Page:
Reich, Patrick

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Assistant Professor of Pediatrics, Infectious Diseases
Infectious Diseases

phone: (314) 454-6050

Clinical Interests

Dr. Reich’s clinical interests include the evaluation and management of general pediatric infectious diseases, prevention and treatment of healthcare-associated infections, and treatment of multi-drug-resistant bacterial infections. As Dr. Reich is also passionate about medical student and resident education, he currently serves as Co-Program Director for the pediatric residency program. He is also the Medical Director of Infection Prevention at St. Louis Children's Hospital. His research interests include the epidemiology and prevention of pediatric healthcare-associated infections, in particular Staphylococcus aureus infections in the neonatal intensive care unit (NICU).


  • BA, summa cum laude, St. Louis University2007
  • MD, St. Louis University School of Medicine2011
  • MSCI, Washington University School of Medicine2019


  • Pediatric Residency, Washington University School of Medicine2011 - 2014
  • Chief Residency, Washington University School of Medicine2014 - 2015
  • Infectious Diseases Fellowship, Washington University School of Medicine2015 - 2018
  • Society for Healthcare Epidemiology of America (SHEA) Training Course in Healthcare Epidemiology2017 - 2017
  • Educational Skills Program, Washington University School of Medicine2019 - 2019

Licensure and Board Certification

  • 2014 - PresGeneral Pediatrics, American Board of Pediatrics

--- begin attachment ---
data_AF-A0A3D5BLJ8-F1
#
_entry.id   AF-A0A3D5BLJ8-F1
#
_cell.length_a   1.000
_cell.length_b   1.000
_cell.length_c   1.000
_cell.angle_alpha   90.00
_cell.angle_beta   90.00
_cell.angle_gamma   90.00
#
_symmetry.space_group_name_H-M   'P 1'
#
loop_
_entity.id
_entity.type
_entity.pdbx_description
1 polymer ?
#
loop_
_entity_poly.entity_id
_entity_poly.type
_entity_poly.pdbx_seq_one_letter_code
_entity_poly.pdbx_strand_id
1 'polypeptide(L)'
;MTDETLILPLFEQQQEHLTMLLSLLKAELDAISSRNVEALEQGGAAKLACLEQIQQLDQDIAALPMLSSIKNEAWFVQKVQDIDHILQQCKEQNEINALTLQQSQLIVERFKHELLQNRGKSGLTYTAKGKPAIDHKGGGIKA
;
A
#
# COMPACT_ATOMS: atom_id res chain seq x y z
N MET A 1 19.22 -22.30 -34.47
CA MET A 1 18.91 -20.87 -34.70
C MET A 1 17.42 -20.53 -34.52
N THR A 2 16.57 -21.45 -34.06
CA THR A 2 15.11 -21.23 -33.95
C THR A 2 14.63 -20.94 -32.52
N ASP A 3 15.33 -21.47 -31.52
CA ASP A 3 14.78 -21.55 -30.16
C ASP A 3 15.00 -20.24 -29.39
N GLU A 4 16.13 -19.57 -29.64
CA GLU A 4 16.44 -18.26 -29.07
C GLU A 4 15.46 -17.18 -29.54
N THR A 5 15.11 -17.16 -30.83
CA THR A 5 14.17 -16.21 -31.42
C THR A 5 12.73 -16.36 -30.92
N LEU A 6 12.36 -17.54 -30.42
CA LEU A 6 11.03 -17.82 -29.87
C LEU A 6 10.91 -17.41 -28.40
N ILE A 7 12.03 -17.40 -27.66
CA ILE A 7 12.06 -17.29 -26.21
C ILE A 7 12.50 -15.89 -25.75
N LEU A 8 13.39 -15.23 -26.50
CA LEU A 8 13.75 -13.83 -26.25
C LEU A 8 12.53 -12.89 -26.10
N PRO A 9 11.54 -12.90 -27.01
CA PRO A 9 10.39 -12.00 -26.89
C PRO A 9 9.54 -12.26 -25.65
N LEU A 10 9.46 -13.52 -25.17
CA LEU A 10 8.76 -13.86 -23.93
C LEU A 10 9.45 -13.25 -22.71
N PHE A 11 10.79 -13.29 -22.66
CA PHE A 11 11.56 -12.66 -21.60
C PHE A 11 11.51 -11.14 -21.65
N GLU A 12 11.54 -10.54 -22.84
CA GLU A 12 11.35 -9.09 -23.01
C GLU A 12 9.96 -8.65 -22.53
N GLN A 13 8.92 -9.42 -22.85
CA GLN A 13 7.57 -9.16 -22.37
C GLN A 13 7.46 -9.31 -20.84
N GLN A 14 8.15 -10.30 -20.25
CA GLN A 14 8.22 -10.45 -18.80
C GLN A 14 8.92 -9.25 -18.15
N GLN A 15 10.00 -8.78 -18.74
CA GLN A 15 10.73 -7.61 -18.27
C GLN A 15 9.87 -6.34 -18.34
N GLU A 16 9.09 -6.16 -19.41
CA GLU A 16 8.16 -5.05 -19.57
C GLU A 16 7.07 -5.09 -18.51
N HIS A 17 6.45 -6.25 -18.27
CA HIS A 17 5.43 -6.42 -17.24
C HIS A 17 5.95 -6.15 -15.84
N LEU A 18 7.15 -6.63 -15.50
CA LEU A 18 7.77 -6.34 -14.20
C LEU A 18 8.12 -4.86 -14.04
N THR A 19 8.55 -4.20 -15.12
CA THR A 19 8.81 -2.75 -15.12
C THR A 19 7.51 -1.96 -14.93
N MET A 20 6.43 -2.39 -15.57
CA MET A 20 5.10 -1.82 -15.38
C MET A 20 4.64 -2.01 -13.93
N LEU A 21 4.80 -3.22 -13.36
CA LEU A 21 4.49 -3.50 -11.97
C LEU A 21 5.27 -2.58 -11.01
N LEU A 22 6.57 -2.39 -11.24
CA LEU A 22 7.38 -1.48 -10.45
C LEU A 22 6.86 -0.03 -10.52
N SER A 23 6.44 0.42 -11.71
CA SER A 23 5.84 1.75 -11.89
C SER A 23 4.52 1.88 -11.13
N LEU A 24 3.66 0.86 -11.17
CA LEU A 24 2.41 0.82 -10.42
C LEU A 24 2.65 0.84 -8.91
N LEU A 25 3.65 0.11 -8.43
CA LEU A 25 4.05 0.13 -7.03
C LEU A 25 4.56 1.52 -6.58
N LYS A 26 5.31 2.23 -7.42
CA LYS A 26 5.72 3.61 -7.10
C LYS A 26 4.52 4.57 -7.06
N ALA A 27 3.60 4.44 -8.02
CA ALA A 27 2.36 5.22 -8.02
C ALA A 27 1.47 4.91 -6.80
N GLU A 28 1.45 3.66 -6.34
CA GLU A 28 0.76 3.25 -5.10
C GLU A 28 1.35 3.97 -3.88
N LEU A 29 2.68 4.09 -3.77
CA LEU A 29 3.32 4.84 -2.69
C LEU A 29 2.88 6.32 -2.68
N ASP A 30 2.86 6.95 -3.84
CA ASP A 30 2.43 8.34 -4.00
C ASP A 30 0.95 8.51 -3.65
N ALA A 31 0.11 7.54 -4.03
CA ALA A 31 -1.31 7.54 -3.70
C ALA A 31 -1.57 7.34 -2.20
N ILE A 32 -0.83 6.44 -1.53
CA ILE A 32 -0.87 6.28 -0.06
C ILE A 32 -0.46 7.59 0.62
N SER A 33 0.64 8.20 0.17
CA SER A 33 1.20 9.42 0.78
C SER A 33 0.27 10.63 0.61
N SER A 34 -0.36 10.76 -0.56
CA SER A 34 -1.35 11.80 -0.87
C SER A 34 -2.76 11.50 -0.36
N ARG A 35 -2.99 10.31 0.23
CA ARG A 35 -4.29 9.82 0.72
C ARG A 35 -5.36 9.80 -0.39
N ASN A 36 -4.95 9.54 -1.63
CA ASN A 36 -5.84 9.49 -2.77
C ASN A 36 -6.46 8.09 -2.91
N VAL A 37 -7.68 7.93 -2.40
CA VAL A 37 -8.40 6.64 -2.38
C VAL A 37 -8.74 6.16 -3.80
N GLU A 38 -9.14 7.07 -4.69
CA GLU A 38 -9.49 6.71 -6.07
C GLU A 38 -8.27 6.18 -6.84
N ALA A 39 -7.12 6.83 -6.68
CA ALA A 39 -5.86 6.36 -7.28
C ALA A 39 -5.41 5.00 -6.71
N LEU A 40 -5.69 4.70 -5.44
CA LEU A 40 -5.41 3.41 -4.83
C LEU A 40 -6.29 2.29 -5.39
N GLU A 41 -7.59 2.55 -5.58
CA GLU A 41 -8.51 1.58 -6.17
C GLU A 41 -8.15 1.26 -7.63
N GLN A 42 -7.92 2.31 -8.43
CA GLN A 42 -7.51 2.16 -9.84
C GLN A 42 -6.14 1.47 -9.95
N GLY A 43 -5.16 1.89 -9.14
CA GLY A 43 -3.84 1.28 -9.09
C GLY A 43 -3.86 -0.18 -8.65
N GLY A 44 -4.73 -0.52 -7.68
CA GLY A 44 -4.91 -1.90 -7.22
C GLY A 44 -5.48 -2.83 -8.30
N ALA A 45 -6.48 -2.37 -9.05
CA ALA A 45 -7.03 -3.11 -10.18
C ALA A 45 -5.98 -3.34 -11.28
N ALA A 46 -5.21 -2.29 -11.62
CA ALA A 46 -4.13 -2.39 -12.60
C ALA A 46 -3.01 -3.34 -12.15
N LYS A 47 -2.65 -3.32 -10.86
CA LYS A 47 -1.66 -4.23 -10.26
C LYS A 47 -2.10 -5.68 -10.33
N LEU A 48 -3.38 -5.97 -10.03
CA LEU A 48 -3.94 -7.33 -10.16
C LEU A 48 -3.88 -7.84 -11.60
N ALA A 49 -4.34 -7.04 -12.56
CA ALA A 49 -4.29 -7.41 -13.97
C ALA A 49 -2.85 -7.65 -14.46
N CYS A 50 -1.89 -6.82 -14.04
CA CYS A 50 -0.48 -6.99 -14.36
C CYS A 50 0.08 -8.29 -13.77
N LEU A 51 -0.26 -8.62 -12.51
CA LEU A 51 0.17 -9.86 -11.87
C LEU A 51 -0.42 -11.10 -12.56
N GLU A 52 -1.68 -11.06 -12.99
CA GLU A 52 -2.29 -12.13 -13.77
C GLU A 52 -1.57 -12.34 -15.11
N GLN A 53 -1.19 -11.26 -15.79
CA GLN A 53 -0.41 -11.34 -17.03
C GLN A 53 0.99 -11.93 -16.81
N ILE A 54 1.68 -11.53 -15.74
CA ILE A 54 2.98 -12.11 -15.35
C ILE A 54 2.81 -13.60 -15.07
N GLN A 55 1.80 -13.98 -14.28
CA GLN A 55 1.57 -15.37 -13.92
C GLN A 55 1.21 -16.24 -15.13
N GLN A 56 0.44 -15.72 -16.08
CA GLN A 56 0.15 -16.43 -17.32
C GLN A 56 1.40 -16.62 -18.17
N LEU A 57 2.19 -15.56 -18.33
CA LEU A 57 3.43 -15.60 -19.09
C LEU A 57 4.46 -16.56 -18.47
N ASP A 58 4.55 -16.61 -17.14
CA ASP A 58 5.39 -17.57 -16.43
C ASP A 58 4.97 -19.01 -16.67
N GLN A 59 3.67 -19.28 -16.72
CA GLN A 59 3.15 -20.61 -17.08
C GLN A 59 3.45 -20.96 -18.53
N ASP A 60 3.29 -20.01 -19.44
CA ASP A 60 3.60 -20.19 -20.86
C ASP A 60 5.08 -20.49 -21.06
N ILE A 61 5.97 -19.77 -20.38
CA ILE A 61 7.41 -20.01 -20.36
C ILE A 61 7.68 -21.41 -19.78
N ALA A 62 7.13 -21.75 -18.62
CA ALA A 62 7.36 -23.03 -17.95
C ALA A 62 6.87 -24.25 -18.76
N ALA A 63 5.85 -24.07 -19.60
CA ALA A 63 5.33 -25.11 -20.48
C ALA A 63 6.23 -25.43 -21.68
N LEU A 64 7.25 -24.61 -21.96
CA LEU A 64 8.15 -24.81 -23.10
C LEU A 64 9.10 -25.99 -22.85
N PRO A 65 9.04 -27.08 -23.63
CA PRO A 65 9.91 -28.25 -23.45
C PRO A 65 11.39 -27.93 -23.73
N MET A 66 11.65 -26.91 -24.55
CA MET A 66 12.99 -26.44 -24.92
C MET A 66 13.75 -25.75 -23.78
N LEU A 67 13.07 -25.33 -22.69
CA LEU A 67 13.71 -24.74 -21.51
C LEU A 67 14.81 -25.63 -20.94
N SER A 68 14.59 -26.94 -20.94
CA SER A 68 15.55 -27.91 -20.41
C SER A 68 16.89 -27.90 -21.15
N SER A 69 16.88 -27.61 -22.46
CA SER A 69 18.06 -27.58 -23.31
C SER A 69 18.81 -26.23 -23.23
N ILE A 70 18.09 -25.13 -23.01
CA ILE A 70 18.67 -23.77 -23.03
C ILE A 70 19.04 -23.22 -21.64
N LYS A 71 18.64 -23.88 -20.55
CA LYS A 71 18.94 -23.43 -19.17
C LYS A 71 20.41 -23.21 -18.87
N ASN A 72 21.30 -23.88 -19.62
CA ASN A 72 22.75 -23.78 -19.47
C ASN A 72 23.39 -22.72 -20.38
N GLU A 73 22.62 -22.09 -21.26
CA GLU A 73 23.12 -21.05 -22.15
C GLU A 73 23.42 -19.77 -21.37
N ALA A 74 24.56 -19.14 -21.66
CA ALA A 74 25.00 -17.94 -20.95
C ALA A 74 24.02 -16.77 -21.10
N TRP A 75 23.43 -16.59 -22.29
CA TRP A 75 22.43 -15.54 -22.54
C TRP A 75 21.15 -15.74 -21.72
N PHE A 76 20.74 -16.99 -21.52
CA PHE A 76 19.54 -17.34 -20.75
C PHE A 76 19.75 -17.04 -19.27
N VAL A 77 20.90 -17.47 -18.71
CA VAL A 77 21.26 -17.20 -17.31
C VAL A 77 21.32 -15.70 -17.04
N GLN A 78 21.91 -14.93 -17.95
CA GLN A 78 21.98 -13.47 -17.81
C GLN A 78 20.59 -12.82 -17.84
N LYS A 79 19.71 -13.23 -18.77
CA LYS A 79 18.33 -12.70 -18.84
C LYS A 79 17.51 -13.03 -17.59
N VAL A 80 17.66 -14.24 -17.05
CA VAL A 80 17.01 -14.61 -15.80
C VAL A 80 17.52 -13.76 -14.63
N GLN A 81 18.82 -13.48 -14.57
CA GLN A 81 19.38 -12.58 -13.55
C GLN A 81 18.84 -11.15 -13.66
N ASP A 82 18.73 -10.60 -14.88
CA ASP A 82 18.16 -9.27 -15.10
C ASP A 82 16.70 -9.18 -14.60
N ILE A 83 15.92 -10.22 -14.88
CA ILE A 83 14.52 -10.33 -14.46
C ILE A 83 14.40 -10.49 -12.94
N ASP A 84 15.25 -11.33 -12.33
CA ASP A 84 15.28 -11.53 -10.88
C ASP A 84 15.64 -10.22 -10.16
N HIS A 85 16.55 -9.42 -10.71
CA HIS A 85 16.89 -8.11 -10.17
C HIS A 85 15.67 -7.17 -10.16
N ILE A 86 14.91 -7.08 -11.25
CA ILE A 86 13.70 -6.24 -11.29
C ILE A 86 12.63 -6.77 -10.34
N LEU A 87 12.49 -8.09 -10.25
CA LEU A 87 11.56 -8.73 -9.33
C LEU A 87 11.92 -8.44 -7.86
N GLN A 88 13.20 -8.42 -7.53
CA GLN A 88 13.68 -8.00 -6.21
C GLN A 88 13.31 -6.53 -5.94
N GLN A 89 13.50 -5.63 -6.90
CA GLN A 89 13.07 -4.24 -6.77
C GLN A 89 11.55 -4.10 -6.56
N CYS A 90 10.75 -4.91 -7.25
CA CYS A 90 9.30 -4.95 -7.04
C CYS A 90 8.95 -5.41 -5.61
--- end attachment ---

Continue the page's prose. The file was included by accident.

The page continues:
• 2014 - PresMO, Physician and Surgeon
  • 2019 - PresPediatric Infectious Diseases

Honors and Awards

  • Washington University Department of Pediatrics Commitment to Teaching2019
  • Lecturer of the Month, Pediatric Residency Program2021
  • Washington University Department of Pediatrics Unsung Hero Award2021
  • St. Louis Children’s Hospital Partnership Award2022

Recent Publications view all (11)

  1. Association Between Endocrine Disorders and Severe COVID-19 Disease in Pediatric Patients. Horm Res Paediatr. 2022. PMID:35417912 
  2. Infection Prevention during the Coronavirus Disease 2019 Pandemic Infect Dis Clin North Am . 2022. doi:10.1016/j.idc.2021.12.002   PMCID:PMC8837397   PMID:35168708  
  3. Comparative Genomics of Borderline Oxacillin-Resistant Staphylococcus aureus Detected during a Pseudo-outbreak of Methicillin-Resistant S. aureus in a Neonatal Intensive Care Unit mBio. 2022. doi:10.1128/mbio.03196-21   PMCID:PMC8764539   PMID:35038924 
  4. A Case Series of Kawasaki Disease in Children With Sickle Cell Disease J Pediatr Hematol Oncol. 2021. doi:10.1097/MPH.0000000000002308  PMID:34486560 
  5. Factors associated with progression to infection in methicillin-resistant Staphylococcus aureus-colonized, critically ill neonates. J Perinatol. 2021;41(6):1285-1292. PMCID:PMC7917959  PMID:33649431 
  6. Delayed Development of Coronary Artery Dilitation in Suspected Severe Acute Respiratory Syndrome Coronavirus 2 Multisystem Inflammatory Syndrome: More Research Needed Crit Care Explor. 2020. doi:10.1097/CCE.0000000000000236  PMID:33063036 
  7. Staphylococcus aureus antibiotic susceptibility patterns in pediatric atopic dermatitis Pediatr Dermatol. 2019. PMID:31124167 
  8. Carriage of the Toxic Shock Syndrome Toxin Gene by Contemporary Community-Associated Staphylococcus aureus Isolates. J Pediatric Infect Dis Soc. 2018. PMID:30285124 
  9. Saksenaea vasiformis Orbital Cellulitis in an Immunocompetent Child Treated With Posaconazole J Pediatric Infect Dis Soc. 2018. PMID:29522137 
  10. Pneumococcal hemolytic uremic syndrome and steroid resistant nephrotic syndrome Clin Kidney J. 2016. PMID:27478599 
  11. Emergence of community-associated methicillin-resistant Staphylococcus aureus strains in the neonatal intensive care unit: an infection prevention and patient safety challenge. Clin Microbiol Infect. 2016;22(7):645.e1-8. PMCID:PMC4987169  PMID:27126609 
Last updated: 07/19/2022
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